As part of researches into Eastern Europe’s trade relations with other parts of the world from the late 19th century to the present, this section particularly analyses the politics of foreign trade and infrastructure as essential elements of East-European positioning strategies within economic globalisation.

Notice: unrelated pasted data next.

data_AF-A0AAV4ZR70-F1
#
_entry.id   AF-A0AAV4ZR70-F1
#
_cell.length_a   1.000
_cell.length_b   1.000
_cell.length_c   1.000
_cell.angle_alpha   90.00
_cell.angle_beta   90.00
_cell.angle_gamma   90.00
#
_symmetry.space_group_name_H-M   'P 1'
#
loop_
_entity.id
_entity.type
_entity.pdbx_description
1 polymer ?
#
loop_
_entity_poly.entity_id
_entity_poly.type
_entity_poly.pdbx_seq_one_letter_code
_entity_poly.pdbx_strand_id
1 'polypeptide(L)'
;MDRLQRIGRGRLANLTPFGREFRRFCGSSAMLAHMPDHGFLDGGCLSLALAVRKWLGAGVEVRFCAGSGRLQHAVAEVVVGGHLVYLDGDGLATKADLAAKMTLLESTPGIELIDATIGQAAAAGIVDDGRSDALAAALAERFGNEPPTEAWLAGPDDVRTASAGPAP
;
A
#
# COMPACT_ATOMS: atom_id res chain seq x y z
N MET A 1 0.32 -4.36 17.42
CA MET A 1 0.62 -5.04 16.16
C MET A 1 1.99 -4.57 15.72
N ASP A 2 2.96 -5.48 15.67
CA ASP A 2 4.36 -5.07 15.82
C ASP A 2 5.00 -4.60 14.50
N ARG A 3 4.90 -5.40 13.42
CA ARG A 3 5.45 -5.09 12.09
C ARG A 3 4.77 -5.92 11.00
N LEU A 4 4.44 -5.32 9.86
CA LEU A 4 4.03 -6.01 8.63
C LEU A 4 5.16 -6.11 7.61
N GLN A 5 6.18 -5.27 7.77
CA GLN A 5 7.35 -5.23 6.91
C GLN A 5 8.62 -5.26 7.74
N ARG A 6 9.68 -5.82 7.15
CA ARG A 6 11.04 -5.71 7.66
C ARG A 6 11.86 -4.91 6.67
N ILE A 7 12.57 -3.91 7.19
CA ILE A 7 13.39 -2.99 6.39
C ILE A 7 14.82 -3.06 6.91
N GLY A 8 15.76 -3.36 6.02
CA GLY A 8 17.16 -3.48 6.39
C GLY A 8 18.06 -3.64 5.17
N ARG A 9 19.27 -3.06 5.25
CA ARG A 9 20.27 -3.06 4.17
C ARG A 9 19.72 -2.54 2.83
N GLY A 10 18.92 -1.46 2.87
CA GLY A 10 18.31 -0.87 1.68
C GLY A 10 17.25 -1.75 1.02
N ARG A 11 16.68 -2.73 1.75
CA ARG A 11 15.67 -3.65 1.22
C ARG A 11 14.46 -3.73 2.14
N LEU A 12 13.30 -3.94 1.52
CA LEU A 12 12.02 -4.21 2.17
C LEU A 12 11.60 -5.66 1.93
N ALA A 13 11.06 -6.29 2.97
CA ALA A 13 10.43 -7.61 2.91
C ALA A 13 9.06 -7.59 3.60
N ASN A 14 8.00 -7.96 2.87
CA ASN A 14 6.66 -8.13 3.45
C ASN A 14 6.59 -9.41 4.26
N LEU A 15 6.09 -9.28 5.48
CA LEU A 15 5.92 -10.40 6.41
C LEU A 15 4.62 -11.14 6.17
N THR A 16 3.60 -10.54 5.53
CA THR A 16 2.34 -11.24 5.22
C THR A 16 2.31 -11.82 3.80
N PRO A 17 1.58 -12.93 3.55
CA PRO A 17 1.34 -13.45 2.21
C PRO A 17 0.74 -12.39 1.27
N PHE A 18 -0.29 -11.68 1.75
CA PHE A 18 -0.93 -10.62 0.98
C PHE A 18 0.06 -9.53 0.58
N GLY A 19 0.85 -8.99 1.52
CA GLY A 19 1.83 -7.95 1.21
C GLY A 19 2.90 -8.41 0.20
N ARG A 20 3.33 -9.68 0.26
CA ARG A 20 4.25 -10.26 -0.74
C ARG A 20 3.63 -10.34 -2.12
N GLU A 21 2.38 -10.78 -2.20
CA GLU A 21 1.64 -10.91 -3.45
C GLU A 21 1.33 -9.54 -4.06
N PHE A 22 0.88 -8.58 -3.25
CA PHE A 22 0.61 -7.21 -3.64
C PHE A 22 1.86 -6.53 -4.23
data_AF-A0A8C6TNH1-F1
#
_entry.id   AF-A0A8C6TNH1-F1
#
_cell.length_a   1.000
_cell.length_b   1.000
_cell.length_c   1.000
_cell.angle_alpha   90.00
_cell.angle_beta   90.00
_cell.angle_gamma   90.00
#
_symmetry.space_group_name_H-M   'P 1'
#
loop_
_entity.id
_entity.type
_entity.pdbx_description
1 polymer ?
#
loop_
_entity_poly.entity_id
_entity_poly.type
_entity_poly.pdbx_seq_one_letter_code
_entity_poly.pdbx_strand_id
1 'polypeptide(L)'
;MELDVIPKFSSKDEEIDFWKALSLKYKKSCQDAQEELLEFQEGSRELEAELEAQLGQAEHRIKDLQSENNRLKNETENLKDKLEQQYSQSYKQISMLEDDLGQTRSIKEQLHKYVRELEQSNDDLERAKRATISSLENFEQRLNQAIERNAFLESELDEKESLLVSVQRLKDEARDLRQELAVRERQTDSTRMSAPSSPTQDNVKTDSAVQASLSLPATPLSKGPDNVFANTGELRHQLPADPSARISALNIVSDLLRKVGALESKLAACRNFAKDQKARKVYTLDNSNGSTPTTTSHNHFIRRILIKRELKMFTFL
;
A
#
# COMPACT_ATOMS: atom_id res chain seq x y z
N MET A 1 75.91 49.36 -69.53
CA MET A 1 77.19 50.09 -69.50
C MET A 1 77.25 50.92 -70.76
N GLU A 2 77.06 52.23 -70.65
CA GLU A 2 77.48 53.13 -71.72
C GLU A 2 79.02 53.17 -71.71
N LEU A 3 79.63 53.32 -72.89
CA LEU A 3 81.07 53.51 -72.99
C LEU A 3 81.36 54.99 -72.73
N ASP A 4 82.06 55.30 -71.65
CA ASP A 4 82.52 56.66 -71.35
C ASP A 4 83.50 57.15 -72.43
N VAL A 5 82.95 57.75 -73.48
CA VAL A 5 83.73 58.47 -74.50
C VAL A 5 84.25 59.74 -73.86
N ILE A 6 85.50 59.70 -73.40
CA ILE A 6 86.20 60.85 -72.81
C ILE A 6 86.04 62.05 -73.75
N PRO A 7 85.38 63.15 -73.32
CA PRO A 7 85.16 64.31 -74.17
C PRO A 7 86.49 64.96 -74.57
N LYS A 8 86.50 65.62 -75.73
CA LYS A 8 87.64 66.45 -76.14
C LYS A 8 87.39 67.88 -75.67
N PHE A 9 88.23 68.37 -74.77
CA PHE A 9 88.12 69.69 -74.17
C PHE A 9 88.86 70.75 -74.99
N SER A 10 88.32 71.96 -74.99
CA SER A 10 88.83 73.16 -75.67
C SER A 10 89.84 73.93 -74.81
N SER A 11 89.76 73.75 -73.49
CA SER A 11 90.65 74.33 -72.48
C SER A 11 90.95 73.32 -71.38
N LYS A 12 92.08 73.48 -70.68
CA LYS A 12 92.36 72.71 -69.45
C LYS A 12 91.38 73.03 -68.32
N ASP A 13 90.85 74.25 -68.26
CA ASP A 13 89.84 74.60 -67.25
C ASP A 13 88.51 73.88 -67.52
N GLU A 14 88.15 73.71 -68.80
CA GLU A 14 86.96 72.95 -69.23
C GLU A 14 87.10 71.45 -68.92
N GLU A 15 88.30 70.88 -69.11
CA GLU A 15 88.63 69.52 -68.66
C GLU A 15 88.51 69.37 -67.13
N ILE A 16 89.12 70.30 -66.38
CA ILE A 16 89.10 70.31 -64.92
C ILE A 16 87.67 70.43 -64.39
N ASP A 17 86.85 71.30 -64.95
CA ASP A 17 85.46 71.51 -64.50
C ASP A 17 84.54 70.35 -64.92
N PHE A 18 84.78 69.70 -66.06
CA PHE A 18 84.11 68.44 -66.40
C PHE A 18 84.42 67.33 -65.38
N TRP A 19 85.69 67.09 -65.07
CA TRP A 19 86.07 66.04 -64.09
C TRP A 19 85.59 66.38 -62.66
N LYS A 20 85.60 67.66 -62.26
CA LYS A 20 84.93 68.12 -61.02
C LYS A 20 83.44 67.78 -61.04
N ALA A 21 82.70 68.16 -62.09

Eastern Europe in Global Trade: The Politics of Foreign Trade and InfrastructureThe significant increase in international commodity trading represents an essential trait of processes of economic globalisation. These researches target Eastern Europe’s trade relations with other parts of the world and especially analyse how the parameters have been shaped, e.g. through providing infrastructures, as well as the regulation of foreign trade. They analyse trade and the politics of trade and infrastructure in various situations of historic upheaval: (1) the development of a global market for bulk goods as part of the global condition since the 1870s; (b) the changes caused by the nation-state building, protectionism, Great Depression and first attempts at international regulation of the 1920 and 1930s; (c) the socialist states caught between Comecon’s efforts at integration and the simultaneous intensification of economic relations to the ‘West’ and ‘Global South’ in the 1960s and 1970s. For all three periods, these researches aim to answer how well and with what strategies actors from the East-European periphery succeeded in influencing processes of economic globalisation.